The church consultant we brought in to help us deal with a 30 year split in the congregation did his interviews, took his polls, and then announced, “McKeever is not this church’s problem.  But he has become the focus of it in the minds of many. So, I’m going to recommend that he leave and the church start afresh with someone new.”

Sheesh. Thanks a lot, friend.

But, that’s how it happens sometimes. You were trying to help the church and were downed by friendly fire, as we call it.

At other times, the pastor is neither a healer nor an innocent bystander. Sometimes, he is the problem and the congregation decides to take action.

The only question is “what action”?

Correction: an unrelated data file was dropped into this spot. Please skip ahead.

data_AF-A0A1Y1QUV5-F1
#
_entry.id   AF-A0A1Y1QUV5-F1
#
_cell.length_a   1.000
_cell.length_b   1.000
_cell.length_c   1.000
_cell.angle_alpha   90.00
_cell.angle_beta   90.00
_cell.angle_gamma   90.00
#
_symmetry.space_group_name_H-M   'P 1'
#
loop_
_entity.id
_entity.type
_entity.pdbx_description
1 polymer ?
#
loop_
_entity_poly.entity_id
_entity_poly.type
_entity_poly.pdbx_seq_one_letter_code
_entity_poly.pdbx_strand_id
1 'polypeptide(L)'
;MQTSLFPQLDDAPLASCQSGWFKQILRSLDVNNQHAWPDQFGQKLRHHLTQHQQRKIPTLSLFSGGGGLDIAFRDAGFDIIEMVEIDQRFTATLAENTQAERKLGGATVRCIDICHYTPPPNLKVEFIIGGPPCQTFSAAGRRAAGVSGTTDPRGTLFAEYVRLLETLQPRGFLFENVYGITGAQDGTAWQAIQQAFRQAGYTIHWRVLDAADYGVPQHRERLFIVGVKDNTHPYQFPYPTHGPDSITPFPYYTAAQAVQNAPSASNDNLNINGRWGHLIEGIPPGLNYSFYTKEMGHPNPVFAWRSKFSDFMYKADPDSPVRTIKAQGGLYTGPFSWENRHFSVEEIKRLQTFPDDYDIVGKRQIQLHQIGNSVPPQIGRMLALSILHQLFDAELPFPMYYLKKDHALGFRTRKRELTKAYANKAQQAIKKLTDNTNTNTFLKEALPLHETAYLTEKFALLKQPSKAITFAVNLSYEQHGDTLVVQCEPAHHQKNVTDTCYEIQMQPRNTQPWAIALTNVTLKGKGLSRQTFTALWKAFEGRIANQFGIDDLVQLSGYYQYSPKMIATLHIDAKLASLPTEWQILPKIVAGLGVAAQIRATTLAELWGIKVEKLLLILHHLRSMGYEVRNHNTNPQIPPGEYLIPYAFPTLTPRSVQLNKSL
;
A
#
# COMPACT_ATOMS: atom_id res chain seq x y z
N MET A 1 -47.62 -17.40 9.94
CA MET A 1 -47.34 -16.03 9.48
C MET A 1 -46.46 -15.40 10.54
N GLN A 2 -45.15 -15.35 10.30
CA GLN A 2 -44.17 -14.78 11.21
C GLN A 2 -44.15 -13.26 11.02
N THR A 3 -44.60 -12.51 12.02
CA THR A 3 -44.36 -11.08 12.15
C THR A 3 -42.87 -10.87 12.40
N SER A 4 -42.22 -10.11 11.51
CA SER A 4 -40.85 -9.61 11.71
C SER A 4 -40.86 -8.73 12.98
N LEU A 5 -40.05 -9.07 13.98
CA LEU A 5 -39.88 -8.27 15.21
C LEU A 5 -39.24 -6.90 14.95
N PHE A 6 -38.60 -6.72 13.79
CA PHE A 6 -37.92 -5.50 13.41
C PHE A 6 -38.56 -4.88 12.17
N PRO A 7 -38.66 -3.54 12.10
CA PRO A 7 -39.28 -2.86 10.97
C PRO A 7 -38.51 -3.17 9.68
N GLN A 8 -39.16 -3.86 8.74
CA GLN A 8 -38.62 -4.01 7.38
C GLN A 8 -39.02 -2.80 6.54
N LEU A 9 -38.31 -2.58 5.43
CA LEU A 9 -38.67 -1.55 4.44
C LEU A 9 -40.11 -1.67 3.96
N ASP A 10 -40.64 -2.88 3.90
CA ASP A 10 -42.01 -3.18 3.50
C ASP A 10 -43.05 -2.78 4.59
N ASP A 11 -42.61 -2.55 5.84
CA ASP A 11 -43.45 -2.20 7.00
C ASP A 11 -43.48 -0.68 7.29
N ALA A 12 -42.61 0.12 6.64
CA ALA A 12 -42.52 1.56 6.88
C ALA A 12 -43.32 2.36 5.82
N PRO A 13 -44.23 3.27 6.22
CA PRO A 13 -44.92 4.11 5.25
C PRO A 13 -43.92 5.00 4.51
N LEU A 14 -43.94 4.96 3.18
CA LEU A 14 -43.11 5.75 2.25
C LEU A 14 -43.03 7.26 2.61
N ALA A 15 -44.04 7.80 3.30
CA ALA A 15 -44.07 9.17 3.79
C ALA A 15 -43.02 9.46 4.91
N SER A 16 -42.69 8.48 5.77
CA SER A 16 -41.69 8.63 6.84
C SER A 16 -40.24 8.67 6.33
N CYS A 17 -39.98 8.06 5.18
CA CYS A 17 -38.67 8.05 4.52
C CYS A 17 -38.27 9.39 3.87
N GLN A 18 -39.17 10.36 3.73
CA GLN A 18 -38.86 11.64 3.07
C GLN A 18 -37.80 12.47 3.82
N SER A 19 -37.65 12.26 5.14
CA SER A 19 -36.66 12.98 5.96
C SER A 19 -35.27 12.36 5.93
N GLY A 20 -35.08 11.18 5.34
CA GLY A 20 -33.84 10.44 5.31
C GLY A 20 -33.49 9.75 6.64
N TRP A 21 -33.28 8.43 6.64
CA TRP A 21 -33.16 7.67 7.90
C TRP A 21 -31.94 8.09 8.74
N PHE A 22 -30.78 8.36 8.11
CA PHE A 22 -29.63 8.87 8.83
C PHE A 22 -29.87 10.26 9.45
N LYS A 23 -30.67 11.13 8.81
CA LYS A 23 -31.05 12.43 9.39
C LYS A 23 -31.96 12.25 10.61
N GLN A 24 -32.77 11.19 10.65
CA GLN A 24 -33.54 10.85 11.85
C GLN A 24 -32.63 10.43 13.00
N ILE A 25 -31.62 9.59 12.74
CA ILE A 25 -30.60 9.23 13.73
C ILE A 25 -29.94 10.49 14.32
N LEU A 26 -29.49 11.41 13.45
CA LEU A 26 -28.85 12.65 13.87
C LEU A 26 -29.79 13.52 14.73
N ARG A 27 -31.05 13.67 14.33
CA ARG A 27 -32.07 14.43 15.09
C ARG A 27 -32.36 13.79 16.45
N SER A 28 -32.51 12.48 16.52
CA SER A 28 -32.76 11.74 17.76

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Eight things I like about the church…and five I hate.

One: I like the idea of church. A regular gathering of the redeemed to worship, remember, nurture one another, hammer out questions, and hold one another accountable.  After all, “it is not good for man to be alone.” We were made needing one another, and do not function well in isolation.

Show me a Christian who can please God better alone than with other believers and I’ll show you a one-of-a-kind, something never before seen on planet Earth.  The Lord thought you and I would be needing each other, so placed us in a church fellowship when He saved us.

Two: I like the people in the church.  Two things can be said of the people who make up almost any congregation on earth:  They are a cross-section of humanity, of the very type found in a grocery store or in a schoolyard, and they contain a special group–the cream of the crop–of the best people on the planet.  Jesus said a sure sign that we are His is our love for one another, i.e., fellow Christians.